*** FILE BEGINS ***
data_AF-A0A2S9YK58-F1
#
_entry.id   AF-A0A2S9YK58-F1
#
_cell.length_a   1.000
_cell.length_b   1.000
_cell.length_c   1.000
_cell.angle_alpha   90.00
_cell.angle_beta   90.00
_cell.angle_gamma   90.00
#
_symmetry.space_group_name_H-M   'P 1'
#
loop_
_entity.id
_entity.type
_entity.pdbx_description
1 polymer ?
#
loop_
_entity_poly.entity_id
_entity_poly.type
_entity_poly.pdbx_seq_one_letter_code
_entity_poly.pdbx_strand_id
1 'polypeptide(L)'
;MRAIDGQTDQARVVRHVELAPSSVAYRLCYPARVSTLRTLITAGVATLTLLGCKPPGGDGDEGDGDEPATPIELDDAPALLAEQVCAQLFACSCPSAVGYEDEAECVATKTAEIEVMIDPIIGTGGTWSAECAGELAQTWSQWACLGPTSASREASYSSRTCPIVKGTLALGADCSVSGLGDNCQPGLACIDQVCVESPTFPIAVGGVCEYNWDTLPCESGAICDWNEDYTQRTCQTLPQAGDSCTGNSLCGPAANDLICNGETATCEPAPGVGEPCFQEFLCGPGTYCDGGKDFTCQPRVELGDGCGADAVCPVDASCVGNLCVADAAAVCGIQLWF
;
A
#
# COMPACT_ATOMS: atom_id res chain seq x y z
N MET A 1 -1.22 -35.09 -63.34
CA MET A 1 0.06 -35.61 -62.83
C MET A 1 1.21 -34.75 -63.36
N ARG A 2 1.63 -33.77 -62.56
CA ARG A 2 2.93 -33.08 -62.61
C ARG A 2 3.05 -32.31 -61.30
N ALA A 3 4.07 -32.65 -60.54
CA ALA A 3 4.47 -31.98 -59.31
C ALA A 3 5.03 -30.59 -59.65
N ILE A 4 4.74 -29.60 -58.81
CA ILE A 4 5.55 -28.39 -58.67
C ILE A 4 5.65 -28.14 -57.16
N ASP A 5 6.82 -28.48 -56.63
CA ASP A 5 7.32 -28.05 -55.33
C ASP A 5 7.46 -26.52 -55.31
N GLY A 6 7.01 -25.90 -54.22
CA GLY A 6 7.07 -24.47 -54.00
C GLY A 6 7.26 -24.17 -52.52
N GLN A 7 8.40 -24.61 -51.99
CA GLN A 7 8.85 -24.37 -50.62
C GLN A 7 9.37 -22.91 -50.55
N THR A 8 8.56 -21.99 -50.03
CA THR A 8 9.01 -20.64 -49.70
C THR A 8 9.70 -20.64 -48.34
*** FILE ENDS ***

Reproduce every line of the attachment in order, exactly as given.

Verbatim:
data_AF-A0A2S9YK58-F1
#
_entry.id   AF-A0A2S9YK58-F1
#
_cell.length_a   1.000
_cell.length_b   1.000
_cell.length_c   1.000
_cell.angle_alpha   90.00
_cell.angle_beta   90.00
_cell.angle_gamma   90.00
#
_symmetry.space_group_name_H-M   'P 1'
#
loop_
_entity.id
_entity.type
_entity.pdbx_description
1 polymer ?
#
loop_
_entity_poly.entity_id
_entity_poly.type
_entity_poly.pdbx_seq_one_letter_code
_entity_poly.pdbx_strand_id
1 'polypeptide(L)'
;MRAIDGQTDQARVVRHVELAPSSVAYRLCYPARVSTLRTLITAGVATLTLLGCKPPGGDGDEGDGDEPATPIELDDAPALLAEQVCAQLFACSCPSAVGYEDEAECVATKTAEIEVMIDPIIGTGGTWSAECAGELAQTWSQWACLGPTSASREASYSSRTCPIVKGTLALGADCSVSGLGDNCQPGLACIDQVCVESPTFPIAVGGVCEYNWDTLPCESGAICDWNEDYTQRTCQTLPQAGDSCTGNSLCGPAANDLICNGETATCEPAPGVGEPCFQEFLCGPGTYCDGGKDFTCQPRVELGDGCGADAVCPVDASCVGNLCVADAAAVCGIQLWF
;
A
#
# COMPACT_ATOMS: atom_id res chain seq x y z
N MET A 1 -1.22 -35.09 -63.34
CA MET A 1 0.06 -35.61 -62.83
C MET A 1 1.21 -34.75 -63.36
N ARG A 2 1.63 -33.77 -62.56
CA ARG A 2 2.93 -33.08 -62.61
C ARG A 2 3.05 -32.31 -61.30
N ALA A 3 4.07 -32.65 -60.54
CA ALA A 3 4.47 -31.98 -59.31
C ALA A 3 5.03 -30.59 -59.65
N ILE A 4 4.74 -29.60 -58.81
CA ILE A 4 5.55 -28.39 -58.67
C ILE A 4 5.65 -28.14 -57.16
N ASP A 5 6.82 -28.48 -56.63
CA ASP A 5 7.32 -28.05 -55.33
C ASP A 5 7.46 -26.52 -55.31
N GLY A 6 7.01 -25.90 -54.22
CA GLY A 6 7.07 -24.47 -54.00
C GLY A 6 7.26 -24.17 -52.52
N GLN A 7 8.40 -24.61 -51.99
CA GLN A 7 8.85 -24.37 -50.62
C GLN A 7 9.37 -22.91 -50.55
N THR A 8 8.56 -21.99 -50.03
CA THR A 8 9.01 -20.64 -49.70
C THR A 8 9.70 -20.64 -48.34